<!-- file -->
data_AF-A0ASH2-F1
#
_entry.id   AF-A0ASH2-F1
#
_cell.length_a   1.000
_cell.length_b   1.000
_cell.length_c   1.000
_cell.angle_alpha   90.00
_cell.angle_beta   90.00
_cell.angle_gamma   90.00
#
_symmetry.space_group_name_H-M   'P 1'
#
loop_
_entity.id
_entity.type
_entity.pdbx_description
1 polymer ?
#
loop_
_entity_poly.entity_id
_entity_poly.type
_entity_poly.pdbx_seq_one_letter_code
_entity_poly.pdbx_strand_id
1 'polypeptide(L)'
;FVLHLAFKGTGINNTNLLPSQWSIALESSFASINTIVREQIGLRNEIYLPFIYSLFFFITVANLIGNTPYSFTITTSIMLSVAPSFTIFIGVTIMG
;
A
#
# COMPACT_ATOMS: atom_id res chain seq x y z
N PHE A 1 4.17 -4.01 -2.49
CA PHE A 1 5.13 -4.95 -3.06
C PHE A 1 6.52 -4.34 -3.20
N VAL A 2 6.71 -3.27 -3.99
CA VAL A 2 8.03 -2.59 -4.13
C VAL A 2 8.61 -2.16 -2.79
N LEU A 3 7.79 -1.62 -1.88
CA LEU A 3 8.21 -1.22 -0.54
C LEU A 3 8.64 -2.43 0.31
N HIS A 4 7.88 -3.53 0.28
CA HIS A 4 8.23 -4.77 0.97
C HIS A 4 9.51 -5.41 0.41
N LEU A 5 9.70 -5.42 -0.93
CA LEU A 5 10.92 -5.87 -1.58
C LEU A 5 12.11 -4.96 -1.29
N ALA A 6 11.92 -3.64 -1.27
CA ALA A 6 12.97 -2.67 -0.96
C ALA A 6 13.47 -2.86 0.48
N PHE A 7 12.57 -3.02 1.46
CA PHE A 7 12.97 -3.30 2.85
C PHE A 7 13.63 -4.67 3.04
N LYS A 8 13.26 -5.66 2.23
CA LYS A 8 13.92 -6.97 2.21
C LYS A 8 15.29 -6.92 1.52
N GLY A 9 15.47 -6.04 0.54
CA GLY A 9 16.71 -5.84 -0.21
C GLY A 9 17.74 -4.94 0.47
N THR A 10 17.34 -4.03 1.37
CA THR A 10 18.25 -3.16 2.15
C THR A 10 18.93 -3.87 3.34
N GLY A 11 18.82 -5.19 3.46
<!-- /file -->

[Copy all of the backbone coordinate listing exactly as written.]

data_AF-A0ASH2-F1
#
_entry.id   AF-A0ASH2-F1
#
_cell.length_a   1.000
_cell.length_b   1.000
_cell.length_c   1.000
_cell.angle_alpha   90.00
_cell.angle_beta   90.00
_cell.angle_gamma   90.00
#
_symmetry.space_group_name_H-M   'P 1'
#
loop_
_entity.id
_entity.type
_entity.pdbx_description
1 polymer ?
#
loop_
_entity_poly.entity_id
_entity_poly.type
_entity_poly.pdbx_seq_one_letter_code
_entity_poly.pdbx_strand_id
1 'polypeptide(L)'
;FVLHLAFKGTGINNTNLLPSQWSIALESSFASINTIVREQIGLRNEIYLPFIYSLFFFITVANLIGNTPYSFTITTSIMLSVAPSFTIFIGVTIMG
;
A
#
# COMPACT_ATOMS: atom_id res chain seq x y z
N PHE A 1 4.17 -4.01 -2.49
CA PHE A 1 5.13 -4.95 -3.06
C PHE A 1 6.52 -4.34 -3.20
N VAL A 2 6.71 -3.27 -3.99
CA VAL A 2 8.03 -2.59 -4.13
C VAL A 2 8.61 -2.16 -2.79
N LEU A 3 7.79 -1.62 -1.88
CA LEU A 3 8.21 -1.22 -0.54
C LEU A 3 8.64 -2.43 0.31
N HIS A 4 7.88 -3.53 0.28
CA HIS A 4 8.23 -4.77 0.97
C HIS A 4 9.51 -5.41 0.41
N LEU A 5 9.70 -5.42 -0.93
CA LEU A 5 10.92 -5.87 -1.58
C LEU A 5 12.11 -4.96 -1.29
N ALA A 6 11.92 -3.64 -1.27
CA ALA A 6 12.97 -2.67 -0.96
C ALA A 6 13.47 -2.86 0.48
N PHE A 7 12.57 -3.02 1.46
CA PHE A 7 12.97 -3.30 2.85
C PHE A 7 13.63 -4.67 3.04
N LYS A 8 13.26 -5.66 2.23
CA LYS A 8 13.92 -6.97 2.21
C LYS A 8 15.29 -6.92 1.52
N GLY A 9 15.47 -6.04 0.54
CA GLY A 9 16.71 -5.84 -0.21
C GLY A 9 17.74 -4.94 0.47
N THR A 10 17.34 -4.03 1.37
CA THR A 10 18.25 -3.16 2.15
C THR A 10 18.93 -3.87 3.34
N GLY A 11 18.82 -5.19 3.46